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PC games have produced some beloved music, but there's a tiny irony in the fact that the technological advantages that the PC held over other platforms in the 1990s have actually hindered a music scene from forming around that original work.
We had CD-ROM, hard drives, and discrete soundcards years before anyone else, and those advances pushed many studios toward not only full-motion video but elaborate, orchestral music rather than the chiptunes possible on the NES, SNES, and other sound palettes—a sound that has become a beloved aesthetic and genre in and of itself. Nintendo s (and even Sega s) platforms inspire a ton of affection, but there s still a lot of worthy professional and amateur PC gaming floating around the web.
Songe is an unbelievably talented multi-instrumentalist, mixing everything from flutes, drums, and ocarinas (when appropriate) to multiple guitars and piano, to his own vocal backing, like on his terrific takes on Warcraft II s Orc theme or the Skyrim Dragonborn theme. Among his dozens of tracks, his Spelunky Mines Medley stands out as a reverent interpretation of a song heard thousands of times by any dedicated Spelunker.
The only piece of game music to win a Grammy, this performance by a Los Angeles choir is my favorite among the many that have been recorded. Composer Christopher Tin was, interestingly enough, the roommate of Civilization IV lead designer Soren Johnson.
Performed by: Angel City Chorale Original composer: Christopher Tin Buy on Amazon
This rock-metal cover of UNATCO (the organization of which Deus Ex s JC Denton is a member) was one of the favorite things I found online, mainly due to how restrained it is. So many of the metal covers of game music fall drift dangerously close to parody with over-applied kick pedaling and overlong guitar solos. Skilton keeps it simple here while producing an exciting take on what was a pretty sedate, austere tune originally.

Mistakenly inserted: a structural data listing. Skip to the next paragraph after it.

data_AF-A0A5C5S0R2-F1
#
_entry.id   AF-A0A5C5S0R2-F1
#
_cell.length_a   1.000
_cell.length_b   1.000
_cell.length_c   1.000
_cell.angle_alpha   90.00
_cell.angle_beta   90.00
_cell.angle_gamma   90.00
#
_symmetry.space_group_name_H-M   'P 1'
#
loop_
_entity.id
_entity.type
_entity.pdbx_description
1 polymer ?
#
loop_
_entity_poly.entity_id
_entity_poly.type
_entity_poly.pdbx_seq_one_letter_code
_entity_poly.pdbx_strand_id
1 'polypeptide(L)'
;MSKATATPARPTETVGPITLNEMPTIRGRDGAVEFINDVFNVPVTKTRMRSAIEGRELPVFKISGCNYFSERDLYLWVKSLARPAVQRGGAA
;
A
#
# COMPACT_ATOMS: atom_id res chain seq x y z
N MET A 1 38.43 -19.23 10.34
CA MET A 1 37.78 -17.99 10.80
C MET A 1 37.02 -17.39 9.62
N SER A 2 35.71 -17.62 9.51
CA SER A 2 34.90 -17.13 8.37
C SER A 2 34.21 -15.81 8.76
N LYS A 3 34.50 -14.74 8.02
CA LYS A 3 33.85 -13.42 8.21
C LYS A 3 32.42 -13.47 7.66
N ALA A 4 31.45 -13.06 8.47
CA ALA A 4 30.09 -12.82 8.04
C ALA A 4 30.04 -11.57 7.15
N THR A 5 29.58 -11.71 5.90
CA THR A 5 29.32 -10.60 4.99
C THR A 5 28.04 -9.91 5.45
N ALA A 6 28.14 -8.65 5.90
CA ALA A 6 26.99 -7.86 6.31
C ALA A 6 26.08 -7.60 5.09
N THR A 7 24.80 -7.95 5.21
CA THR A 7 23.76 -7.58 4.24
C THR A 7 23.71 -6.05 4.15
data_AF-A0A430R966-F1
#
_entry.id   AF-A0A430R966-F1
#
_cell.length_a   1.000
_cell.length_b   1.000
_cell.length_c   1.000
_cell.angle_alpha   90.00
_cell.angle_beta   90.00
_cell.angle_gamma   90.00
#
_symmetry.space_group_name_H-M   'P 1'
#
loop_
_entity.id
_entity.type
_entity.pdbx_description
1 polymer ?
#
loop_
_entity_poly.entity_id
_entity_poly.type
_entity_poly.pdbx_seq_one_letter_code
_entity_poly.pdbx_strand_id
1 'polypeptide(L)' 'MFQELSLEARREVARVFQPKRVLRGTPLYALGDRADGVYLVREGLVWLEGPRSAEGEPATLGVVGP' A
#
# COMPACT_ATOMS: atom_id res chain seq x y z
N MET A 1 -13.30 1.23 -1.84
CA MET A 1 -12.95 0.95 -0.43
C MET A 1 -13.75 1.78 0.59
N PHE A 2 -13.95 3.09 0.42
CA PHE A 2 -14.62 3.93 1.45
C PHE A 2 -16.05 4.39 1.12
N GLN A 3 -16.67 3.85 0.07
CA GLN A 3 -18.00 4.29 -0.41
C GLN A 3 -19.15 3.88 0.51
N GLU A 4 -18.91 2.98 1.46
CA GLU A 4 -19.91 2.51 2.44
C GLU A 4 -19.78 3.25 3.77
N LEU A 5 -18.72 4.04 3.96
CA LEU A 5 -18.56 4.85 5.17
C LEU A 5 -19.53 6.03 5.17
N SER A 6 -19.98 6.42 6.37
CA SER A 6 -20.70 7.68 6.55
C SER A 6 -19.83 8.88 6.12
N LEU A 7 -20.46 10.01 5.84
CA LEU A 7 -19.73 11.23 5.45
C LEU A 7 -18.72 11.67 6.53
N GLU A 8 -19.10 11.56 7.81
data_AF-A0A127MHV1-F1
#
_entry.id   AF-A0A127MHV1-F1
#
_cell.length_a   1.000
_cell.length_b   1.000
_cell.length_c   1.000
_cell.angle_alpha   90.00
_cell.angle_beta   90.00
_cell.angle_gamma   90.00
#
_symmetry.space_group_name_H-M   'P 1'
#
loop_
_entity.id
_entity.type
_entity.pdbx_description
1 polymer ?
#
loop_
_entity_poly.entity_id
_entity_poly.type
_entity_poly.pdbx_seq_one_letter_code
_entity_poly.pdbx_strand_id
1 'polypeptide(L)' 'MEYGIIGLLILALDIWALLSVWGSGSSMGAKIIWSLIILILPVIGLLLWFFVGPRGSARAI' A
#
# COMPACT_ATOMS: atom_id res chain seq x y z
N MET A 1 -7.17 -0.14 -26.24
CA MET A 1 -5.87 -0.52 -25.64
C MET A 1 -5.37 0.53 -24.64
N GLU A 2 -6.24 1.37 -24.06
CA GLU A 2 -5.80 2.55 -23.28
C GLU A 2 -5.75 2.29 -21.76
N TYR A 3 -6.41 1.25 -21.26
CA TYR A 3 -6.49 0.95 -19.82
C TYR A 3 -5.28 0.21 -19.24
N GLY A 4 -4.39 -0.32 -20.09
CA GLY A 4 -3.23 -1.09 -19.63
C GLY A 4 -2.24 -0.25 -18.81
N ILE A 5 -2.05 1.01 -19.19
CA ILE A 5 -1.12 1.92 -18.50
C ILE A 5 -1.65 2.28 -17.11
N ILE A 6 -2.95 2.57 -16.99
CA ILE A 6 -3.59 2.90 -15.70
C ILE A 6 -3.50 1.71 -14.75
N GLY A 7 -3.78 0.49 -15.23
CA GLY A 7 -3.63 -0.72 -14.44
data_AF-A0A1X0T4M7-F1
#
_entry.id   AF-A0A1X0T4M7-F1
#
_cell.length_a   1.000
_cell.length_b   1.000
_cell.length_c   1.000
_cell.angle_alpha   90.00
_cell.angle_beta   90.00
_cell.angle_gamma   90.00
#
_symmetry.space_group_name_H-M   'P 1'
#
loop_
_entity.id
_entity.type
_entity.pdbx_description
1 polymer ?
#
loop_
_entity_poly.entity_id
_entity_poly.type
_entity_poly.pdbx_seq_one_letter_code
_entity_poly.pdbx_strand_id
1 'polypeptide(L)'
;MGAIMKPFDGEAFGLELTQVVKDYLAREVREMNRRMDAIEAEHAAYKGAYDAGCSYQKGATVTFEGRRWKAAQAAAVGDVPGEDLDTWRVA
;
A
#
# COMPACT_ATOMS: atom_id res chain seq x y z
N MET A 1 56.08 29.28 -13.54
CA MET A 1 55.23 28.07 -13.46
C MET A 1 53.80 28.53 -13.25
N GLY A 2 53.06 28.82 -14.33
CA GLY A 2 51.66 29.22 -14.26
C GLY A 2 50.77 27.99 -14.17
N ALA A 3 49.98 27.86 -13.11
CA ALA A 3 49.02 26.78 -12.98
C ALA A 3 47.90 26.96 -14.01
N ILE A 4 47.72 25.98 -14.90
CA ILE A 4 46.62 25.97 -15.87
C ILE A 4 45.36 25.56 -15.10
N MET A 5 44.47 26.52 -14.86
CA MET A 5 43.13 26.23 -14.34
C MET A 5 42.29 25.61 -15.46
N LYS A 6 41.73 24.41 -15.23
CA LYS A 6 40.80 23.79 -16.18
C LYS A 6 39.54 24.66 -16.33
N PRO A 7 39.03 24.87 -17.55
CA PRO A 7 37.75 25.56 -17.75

We really like Ben Prunty s stuff around here—so much so that we asked him to compose an original song for our podcast—so it s great to see an FTL track covered so well by Canadian guitarist James Mills. Give Mills System Shock 2, Hearthstone, StarCraft, and Dragon Age: Inquisition tracks a listen too.
From the Weird Al genre we have this rap from Captain Spalding, a regular on the PC Gamer TF2 server circa 2008-2010.
Way back in 2005 OCRemix, the web's biggest game remix community, assembled a team (that included Super Meat Boy composer Danny Baranowsky) to produce a massive two-disc, 23-track tribute to Doom. The best way to get it is by downloading it through OCRemix's official torrent.
There s an insane amount of Mass Effect covers out there paying homage to Jack Wall (and others ) incredible work. Sadly, an uncomfortable amount of it is dubstep. Tim Skilton s take on the wonderful Suicide Mission theme isn t, thank goodness.